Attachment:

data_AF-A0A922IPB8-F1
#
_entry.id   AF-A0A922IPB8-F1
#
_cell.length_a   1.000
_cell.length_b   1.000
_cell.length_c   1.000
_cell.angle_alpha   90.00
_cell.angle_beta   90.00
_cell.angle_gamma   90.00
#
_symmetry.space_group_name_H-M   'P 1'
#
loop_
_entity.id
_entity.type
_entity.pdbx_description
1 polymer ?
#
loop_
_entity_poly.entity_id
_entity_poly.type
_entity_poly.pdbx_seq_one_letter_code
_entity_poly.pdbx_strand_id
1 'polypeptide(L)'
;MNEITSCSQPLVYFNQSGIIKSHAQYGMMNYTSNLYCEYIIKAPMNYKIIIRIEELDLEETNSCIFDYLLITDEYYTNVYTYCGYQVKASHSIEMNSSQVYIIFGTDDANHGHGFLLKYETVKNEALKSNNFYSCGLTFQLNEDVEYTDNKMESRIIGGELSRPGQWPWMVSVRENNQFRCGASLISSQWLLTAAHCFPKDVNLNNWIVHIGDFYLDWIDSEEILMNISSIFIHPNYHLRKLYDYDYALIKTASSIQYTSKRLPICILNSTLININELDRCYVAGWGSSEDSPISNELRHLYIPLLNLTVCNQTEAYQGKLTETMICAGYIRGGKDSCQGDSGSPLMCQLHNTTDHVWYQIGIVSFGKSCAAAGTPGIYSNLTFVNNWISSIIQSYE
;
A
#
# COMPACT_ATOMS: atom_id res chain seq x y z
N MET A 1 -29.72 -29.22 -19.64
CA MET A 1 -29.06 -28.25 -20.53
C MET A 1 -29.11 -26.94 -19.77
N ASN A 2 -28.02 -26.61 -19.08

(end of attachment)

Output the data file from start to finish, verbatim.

data_AF-A0A922IPB8-F1
#
_entry.id   AF-A0A922IPB8-F1
#
_cell.length_a   1.000
_cell.length_b   1.000
_cell.length_c   1.000
_cell.angle_alpha   90.00
_cell.angle_beta   90.00
_cell.angle_gamma   90.00
#
_symmetry.space_group_name_H-M   'P 1'
#
loop_
_entity.id
_entity.type
_entity.pdbx_description
1 polymer ?
#
loop_
_entity_poly.entity_id
_entity_poly.type
_entity_poly.pdbx_seq_one_letter_code
_entity_poly.pdbx_strand_id
1 'polypeptide(L)'
;MNEITSCSQPLVYFNQSGIIKSHAQYGMMNYTSNLYCEYIIKAPMNYKIIIRIEELDLEETNSCIFDYLLITDEYYTNVYTYCGYQVKASHSIEMNSSQVYIIFGTDDANHGHGFLLKYETVKNEALKSNNFYSCGLTFQLNEDVEYTDNKMESRIIGGELSRPGQWPWMVSVRENNQFRCGASLISSQWLLTAAHCFPKDVNLNNWIVHIGDFYLDWIDSEEILMNISSIFIHPNYHLRKLYDYDYALIKTASSIQYTSKRLPICILNSTLININELDRCYVAGWGSSEDSPISNELRHLYIPLLNLTVCNQTEAYQGKLTETMICAGYIRGGKDSCQGDSGSPLMCQLHNTTDHVWYQIGIVSFGKSCAAAGTPGIYSNLTFVNNWISSIIQSYE
;
A
#
# COMPACT_ATOMS: atom_id res chain seq x y z
N MET A 1 -29.72 -29.22 -19.64
CA MET A 1 -29.06 -28.25 -20.53
C MET A 1 -29.11 -26.94 -19.77
N ASN A 2 -28.02 -26.61 -19.08